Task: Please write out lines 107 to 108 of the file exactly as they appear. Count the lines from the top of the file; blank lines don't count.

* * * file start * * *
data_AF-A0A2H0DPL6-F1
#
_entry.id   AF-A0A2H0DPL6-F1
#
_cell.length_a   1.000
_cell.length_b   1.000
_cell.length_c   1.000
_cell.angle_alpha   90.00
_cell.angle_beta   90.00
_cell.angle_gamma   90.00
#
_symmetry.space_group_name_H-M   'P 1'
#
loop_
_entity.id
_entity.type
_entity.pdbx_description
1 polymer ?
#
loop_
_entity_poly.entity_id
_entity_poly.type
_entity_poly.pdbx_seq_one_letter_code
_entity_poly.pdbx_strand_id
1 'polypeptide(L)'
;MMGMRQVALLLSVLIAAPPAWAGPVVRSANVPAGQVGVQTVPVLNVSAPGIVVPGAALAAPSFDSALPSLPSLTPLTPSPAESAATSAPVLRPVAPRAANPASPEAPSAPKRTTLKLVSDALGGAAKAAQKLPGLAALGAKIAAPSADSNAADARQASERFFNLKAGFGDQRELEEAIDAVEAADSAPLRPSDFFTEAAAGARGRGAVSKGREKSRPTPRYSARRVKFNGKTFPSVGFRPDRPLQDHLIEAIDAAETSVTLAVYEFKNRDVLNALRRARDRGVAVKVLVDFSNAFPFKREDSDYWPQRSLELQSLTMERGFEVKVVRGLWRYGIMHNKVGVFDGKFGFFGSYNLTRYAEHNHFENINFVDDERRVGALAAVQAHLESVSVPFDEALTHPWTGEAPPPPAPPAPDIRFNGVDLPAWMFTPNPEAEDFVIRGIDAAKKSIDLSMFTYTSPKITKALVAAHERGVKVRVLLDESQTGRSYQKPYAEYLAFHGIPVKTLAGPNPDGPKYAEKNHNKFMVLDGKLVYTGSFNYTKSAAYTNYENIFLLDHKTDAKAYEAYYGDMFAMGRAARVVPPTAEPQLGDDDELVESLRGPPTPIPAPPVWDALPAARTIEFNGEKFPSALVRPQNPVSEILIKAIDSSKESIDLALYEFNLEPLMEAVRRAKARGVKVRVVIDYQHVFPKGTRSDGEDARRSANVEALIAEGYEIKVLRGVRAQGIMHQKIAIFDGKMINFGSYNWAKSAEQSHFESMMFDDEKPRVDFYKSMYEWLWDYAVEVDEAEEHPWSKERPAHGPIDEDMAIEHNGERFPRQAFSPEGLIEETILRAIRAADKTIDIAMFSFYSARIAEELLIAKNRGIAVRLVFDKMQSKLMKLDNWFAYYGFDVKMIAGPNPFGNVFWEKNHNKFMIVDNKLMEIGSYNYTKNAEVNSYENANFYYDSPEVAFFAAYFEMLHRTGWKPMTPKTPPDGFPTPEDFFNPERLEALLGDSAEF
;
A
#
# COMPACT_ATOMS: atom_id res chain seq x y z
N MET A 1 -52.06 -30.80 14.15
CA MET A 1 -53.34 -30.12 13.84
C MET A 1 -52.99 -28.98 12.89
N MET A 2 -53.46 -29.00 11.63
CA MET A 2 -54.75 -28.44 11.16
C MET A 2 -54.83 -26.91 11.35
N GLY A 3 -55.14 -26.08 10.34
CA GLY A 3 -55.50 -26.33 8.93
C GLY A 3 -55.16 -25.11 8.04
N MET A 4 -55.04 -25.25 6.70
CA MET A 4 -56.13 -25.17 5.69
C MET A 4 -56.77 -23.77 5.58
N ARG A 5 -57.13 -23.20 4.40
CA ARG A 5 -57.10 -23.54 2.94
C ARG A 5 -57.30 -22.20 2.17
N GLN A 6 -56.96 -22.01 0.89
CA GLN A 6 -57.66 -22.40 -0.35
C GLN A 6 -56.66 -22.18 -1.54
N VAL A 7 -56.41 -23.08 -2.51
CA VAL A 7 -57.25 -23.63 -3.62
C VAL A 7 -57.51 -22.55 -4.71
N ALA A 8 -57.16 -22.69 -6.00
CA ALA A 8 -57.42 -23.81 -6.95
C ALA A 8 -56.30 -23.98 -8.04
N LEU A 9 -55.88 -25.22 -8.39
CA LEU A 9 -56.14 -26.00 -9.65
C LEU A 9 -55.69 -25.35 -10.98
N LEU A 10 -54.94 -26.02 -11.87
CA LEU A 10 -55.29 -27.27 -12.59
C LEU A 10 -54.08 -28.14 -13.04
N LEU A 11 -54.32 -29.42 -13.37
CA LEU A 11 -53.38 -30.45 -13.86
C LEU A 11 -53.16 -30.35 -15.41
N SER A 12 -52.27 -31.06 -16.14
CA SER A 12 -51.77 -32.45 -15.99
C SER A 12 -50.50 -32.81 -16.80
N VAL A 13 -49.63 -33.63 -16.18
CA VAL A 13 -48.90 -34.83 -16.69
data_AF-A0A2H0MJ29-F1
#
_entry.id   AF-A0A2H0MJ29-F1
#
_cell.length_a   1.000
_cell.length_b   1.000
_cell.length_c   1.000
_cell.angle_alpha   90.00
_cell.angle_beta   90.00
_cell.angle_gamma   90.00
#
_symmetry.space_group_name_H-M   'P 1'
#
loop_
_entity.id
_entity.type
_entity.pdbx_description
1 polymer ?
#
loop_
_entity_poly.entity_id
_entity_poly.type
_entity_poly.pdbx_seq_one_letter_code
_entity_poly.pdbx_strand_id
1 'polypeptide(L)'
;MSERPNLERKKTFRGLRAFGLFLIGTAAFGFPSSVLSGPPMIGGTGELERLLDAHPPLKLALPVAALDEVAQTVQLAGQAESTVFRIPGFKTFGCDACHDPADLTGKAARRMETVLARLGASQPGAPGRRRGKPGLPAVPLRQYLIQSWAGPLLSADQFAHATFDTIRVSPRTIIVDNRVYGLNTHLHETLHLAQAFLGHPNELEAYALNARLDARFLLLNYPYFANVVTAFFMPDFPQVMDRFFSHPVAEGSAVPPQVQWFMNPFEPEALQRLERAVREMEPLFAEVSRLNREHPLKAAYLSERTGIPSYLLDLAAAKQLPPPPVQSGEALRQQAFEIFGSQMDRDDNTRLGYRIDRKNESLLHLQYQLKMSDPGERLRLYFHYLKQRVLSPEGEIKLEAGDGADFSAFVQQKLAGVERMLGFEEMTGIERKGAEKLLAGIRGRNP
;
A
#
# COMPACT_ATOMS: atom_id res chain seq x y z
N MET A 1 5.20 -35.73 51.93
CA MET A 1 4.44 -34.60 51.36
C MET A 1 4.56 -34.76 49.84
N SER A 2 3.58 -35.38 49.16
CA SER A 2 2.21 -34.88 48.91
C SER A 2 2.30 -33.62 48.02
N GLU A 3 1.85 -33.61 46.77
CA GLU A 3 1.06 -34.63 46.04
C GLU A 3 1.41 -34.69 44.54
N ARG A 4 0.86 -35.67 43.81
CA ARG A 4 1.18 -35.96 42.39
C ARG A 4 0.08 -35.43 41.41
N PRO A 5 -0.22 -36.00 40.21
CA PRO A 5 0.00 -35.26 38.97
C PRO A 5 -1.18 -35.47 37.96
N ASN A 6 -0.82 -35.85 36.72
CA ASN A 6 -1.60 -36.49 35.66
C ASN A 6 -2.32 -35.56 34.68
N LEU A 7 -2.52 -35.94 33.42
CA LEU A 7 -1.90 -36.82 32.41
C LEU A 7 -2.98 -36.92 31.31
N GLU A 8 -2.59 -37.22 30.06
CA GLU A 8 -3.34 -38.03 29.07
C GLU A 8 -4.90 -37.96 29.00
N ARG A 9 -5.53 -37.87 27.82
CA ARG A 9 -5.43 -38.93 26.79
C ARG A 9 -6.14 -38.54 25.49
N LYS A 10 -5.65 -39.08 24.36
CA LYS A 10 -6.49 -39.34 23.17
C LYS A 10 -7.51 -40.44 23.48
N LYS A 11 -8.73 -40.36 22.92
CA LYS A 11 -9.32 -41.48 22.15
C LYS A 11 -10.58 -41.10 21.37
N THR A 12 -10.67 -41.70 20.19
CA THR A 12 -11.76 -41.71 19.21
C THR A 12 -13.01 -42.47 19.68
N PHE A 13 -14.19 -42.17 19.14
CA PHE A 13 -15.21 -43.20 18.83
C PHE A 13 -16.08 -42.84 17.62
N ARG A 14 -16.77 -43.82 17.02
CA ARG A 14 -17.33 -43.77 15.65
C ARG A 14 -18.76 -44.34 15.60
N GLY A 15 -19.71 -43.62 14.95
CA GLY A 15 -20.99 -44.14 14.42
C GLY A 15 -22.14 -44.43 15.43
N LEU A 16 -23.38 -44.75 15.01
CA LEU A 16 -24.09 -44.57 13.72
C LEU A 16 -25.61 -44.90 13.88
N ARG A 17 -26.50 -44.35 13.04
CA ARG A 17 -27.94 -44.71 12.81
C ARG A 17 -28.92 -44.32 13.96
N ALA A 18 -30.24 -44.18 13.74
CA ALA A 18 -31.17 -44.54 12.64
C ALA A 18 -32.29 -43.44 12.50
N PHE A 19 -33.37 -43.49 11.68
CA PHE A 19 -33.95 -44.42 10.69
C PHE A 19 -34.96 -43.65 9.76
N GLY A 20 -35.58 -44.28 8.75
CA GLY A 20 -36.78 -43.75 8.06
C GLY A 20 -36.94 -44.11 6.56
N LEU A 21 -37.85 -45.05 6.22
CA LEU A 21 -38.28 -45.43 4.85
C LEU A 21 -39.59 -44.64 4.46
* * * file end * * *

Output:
C GLU A 3 1.41 -34.69 44.54
N ARG A 4 0.86 -35.67 43.81